Grow Taller Through Cartilage Replacement and Growth

So this will be the first method that I have personally have thought of by myself. The technique is very advanced and I don’t know if any surgeon or orthopedic medical profession would ever suggest something but I will make this proposal.

We all know that the long bones in the body stop growing after a certain age. I would assume that 95% of the people who desire to grow taller have already reached the age when the bones have already fused and the epiphyseal plates are ossified. I mean, why would we have such a deep desire and almost desperation to become taller if we were still in the process of growing? (Right?) There is a very well known saying that people don’t often appreciate what they have until they lose it.

If we study the biggest long bones in the human body like the femur, humerus,tibia, fibula, , radis, ulna, we should try to find exactly where the epiphyseal line is located which is where the growth plates actually sealed at.

I wanted to only focus on two sets of bones in this post, the femur and the humerus. The femur is the bone that forms the infrastructure of our upper leg. The humerus represents the core of our upper arms.

If we look at the diagram of the femur above, we notice that the epiphyseal plates are  not at the same distance as where the core of the bones is, which is the marrow cavity. This means that it is possible then to surgically open the long bone, cut at exactly where the fused plate is, and add a thick slab of cartilage between the surgically separated parts. As we all know, the bone can heal itself, so if we can compress the cartilage between two bones, eventually the 3 parts should fuse together. After the parts are fused and before the body begins to ossify the cartilage again , we can inject a high level of HGH into the body and give it the needed growth hormone to allow for increased bone lengthening.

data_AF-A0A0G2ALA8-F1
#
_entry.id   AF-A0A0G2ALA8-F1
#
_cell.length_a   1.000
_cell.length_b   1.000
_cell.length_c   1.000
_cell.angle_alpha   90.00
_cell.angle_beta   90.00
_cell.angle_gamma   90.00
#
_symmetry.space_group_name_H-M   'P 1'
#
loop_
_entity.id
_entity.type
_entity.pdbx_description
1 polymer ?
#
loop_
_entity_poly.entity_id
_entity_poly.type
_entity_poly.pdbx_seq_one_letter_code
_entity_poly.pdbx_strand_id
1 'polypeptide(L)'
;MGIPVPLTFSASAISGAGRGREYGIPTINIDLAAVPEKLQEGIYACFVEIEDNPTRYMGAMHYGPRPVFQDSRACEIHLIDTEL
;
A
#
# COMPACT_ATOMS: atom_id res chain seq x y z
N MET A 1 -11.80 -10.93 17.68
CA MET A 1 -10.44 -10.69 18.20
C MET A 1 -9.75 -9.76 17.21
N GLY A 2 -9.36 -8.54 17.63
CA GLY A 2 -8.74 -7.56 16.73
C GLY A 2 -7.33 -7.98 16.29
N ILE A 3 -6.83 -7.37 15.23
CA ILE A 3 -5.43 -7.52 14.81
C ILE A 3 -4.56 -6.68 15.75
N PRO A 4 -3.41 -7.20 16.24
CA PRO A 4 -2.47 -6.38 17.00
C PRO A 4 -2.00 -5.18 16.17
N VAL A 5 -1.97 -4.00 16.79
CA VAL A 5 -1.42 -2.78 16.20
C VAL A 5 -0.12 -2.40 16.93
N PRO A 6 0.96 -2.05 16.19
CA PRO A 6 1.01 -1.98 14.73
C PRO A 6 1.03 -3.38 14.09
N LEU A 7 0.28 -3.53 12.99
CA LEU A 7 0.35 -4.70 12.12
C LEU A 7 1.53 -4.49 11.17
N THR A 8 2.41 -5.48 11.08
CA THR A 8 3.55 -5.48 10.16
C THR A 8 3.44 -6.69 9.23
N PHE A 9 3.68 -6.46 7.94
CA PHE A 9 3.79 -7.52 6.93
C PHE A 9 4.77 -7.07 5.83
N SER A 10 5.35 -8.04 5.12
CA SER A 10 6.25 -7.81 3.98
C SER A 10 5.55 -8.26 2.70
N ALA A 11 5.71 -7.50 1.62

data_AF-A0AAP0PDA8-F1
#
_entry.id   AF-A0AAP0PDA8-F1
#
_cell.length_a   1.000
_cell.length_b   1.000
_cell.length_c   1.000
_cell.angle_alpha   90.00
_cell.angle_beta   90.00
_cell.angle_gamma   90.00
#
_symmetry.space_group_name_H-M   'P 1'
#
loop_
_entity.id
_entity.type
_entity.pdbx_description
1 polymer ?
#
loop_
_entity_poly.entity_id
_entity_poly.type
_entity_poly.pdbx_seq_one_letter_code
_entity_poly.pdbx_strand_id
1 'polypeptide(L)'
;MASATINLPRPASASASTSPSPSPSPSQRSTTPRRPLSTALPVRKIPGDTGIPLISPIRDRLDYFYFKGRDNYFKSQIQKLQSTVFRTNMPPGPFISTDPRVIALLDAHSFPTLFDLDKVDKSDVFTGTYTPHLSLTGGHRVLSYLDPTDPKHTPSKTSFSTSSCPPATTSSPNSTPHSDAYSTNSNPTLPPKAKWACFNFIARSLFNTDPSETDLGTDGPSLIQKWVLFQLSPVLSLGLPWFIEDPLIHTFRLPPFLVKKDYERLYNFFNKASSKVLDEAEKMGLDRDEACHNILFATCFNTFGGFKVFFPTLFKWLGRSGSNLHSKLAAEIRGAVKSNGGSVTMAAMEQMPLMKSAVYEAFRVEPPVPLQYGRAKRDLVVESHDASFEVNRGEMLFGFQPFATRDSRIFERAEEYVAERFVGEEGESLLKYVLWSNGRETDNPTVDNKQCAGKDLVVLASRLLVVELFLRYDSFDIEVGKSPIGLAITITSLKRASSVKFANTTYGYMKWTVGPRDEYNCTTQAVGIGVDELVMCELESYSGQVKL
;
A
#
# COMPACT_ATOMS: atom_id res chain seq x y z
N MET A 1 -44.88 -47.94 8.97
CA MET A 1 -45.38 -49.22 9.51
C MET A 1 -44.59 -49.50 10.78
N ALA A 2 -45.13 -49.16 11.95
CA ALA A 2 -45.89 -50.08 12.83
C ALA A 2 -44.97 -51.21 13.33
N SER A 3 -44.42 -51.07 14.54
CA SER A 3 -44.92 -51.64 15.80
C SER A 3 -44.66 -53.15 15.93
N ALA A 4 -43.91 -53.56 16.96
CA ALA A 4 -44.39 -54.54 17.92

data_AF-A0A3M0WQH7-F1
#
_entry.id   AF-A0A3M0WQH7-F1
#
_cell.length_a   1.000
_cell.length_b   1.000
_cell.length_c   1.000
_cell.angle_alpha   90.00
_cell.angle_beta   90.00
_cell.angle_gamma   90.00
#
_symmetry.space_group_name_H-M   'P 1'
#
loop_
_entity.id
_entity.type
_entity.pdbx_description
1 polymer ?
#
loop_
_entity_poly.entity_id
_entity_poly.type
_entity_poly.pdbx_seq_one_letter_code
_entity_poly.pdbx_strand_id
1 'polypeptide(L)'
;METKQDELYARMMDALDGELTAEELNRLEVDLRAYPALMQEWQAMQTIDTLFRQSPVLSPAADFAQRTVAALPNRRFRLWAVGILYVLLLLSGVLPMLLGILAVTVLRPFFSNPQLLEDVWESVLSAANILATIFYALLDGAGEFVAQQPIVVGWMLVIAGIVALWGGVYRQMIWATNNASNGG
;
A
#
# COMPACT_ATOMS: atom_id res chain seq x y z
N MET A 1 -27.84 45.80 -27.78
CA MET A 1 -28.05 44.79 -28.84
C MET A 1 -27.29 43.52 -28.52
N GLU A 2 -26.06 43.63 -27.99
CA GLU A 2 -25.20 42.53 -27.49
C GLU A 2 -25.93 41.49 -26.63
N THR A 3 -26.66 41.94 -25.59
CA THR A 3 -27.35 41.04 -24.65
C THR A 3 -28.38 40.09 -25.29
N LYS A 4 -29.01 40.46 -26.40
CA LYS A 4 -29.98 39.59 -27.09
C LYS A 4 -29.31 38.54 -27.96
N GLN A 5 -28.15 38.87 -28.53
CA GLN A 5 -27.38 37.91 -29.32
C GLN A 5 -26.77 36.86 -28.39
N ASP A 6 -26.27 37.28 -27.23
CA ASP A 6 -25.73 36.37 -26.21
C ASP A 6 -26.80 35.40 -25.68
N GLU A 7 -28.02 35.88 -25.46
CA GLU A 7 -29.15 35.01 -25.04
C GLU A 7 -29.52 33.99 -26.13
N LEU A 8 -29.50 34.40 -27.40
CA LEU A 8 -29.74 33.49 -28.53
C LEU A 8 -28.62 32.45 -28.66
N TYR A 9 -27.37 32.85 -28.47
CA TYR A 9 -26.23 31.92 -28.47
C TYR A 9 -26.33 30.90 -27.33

Since there are a pair of femur and another pair of humerus making up 4 long bones, theoretically there could be 8 places (because there are 2 epiphyseal lines on each end of each long bone) that we can add regrown cartilage into.

Right now, this theory I proposed is probably impossible to actually test because of the amount of surgical work that must go into it. A person would have to be willing to become a quadraplegic at least temporarily just to even test this theory. Their limbs are literally removed and reattached. More than that, before the surgeon can even reach bone, they would have to somehow also cut through the muscle which is ridiculous to imagine. I have never seen amputation done and I would assume that after amputation, there may be no way to reattach or connect the cut muscle to heal/ fuse together, let alone the bone.

Another big concern is where would we even get the right type of cartilage for the patients. It is well known by medical professionals that our body will reject body parts if they don’t agree with our immune system. That is why when a person gets into an accident and are escorted to the hospital or emergency room, their blood type is immediately found so that a person with the correct blood type can give them blood. This is also true for body organs, bone marrow, and other body parts. Historical, the medical literature has shown that cartilage unlike other body parts is not able to regenerate or grow. That has only recently been proven not to be true. Any cartilage that are grown in the laboratory with the most modern technology is intended to be implanted into the knee or hip for people of old age who suffer from osteoporosis and have lost of the cartilage in their joints.

So in conclusion, this theory of mine could theoretically be a viable option, but there are some giant hurdles to get past. They are

1. Finding willing participants and patients who will go through with the experimentation.

2. Learning how to cut through the muscle and then reconnecting the muscles after

3. Figuring out how to connect the cartilage and separated bone to fuse together.

4. Regrowing enough Cartilage for Implantation

5. Having the right type of cartilage for the individual being operated on.

6. Making sure that adding HGH will be effective in getting the cartilage to work like a growth plate.

 

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